• They lose a sail, and somehow they have to enfore a law?

      You do if you want to stay in business. You can't sell alcohol to minors, you can't sell cigarettes to minors.

    • Re:What? (Score:3, Insightful)

      by plover (150551) *
      I agree that underage children shouldn't be able to buy M or AO rated games.

      Why do you say that? Did the State of Minnesota mandate the rating process? Does the state oversee the correct application of a rating to a particular game? Did the state place the ratings on the boxes? Can a game producer appeal to the state if they feel a rating is unfair? Does the state regulate any portion of the rating system at all?

      No.

      A voluntary system created by the industry, with private reviews and voluntary com

      • A voluntary system created by the industry, with private reviews and voluntary compliance by game producers, and now it's somehow state-mandated that retailers abuse this completely unofficial system?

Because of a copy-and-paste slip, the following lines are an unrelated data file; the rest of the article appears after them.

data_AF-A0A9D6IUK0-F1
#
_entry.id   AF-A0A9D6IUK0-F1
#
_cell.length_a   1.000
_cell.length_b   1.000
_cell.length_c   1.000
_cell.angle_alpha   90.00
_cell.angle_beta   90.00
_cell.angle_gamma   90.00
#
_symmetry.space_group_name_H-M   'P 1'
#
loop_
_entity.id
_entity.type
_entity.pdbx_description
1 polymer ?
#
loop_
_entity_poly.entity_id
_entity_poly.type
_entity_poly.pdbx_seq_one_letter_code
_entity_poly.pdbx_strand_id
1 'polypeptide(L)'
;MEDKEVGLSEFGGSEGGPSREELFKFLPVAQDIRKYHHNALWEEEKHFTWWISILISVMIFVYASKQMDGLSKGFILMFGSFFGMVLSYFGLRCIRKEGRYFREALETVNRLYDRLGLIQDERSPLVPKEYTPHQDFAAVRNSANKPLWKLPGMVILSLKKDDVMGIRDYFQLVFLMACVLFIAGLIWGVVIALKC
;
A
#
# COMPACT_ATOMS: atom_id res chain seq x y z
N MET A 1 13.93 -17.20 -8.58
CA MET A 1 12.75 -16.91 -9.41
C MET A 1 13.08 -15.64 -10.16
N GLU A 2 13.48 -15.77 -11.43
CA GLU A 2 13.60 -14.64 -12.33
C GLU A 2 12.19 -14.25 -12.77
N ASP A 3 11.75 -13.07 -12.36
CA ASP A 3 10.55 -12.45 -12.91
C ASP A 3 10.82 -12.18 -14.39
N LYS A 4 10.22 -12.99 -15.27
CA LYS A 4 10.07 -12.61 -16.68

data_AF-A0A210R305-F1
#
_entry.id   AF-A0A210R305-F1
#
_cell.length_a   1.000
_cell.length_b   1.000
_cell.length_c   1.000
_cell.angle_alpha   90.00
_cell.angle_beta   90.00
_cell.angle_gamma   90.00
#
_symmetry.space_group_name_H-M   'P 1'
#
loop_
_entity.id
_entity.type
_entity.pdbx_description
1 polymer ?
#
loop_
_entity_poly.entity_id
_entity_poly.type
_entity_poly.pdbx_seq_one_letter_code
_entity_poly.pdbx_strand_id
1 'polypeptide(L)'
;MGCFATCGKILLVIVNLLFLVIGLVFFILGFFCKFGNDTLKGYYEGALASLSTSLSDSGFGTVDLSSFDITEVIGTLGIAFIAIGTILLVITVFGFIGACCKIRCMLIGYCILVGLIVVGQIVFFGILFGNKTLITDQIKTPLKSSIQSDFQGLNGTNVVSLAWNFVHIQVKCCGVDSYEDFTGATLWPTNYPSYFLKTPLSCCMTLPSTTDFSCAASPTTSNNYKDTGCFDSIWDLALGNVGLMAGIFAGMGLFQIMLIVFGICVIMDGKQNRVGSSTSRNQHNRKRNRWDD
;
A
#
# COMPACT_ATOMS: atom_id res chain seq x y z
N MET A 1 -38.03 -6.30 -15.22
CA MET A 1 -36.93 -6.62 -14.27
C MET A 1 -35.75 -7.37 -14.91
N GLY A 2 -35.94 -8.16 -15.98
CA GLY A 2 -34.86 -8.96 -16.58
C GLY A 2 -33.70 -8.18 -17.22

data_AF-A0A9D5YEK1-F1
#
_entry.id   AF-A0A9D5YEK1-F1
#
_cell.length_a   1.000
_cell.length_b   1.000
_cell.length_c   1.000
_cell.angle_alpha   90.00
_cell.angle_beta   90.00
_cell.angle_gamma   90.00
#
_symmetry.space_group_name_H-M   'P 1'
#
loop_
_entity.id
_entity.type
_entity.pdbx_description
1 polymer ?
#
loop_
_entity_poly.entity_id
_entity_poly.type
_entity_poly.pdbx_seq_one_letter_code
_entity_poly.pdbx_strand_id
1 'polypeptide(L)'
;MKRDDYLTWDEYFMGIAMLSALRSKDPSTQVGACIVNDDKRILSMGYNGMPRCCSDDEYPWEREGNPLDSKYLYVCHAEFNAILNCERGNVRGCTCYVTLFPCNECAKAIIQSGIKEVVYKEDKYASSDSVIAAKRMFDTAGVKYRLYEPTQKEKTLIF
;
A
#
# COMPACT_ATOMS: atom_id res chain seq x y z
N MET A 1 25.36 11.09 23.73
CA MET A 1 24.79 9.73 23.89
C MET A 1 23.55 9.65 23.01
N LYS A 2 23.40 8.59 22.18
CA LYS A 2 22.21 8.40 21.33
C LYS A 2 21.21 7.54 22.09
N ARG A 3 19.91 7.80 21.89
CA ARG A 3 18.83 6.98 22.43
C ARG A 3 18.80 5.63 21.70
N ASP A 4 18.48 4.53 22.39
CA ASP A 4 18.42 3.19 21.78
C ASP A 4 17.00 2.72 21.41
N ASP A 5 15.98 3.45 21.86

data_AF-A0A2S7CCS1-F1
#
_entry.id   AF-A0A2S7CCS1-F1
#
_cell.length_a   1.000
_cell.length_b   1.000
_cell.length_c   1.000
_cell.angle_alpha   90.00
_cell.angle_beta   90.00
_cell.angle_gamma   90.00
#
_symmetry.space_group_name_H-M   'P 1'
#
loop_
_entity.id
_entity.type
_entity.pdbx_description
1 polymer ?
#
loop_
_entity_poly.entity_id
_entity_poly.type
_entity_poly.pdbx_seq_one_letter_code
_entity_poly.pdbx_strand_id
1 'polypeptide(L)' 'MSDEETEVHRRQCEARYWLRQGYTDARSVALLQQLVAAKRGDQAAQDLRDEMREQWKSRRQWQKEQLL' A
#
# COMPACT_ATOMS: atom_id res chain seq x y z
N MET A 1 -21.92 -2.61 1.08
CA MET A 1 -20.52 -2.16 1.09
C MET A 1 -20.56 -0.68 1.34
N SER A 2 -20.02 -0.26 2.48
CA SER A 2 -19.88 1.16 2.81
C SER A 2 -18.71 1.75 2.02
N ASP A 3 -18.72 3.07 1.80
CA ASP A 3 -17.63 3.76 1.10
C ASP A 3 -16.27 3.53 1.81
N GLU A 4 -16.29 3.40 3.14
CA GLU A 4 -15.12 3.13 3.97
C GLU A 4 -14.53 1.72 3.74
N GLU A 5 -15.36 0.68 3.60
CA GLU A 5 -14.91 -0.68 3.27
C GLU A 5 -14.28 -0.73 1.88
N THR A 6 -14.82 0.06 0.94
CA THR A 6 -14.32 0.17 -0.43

Key word: voluntary

        If the government doesn't control, oversee, or indeed have anything to do with the rating system, they shouldn't make laws that rely on that system. It's that simple.

        • If the government doesn't control, oversee, or indeed have anything to do with the rating system, they can't make laws that rely on that system. It's that simple.
          Fixed that for you.
  • FTA
    The association's most recent legal victory came in April when a federal judge in Michigan issued a permanent injunction halting the implementation of a state bill that would ban the sale of violent video games to minors. The judge rejected the state's claim that the interactive nature of video games makes them less entitled to First Amendment protections, the ESA said.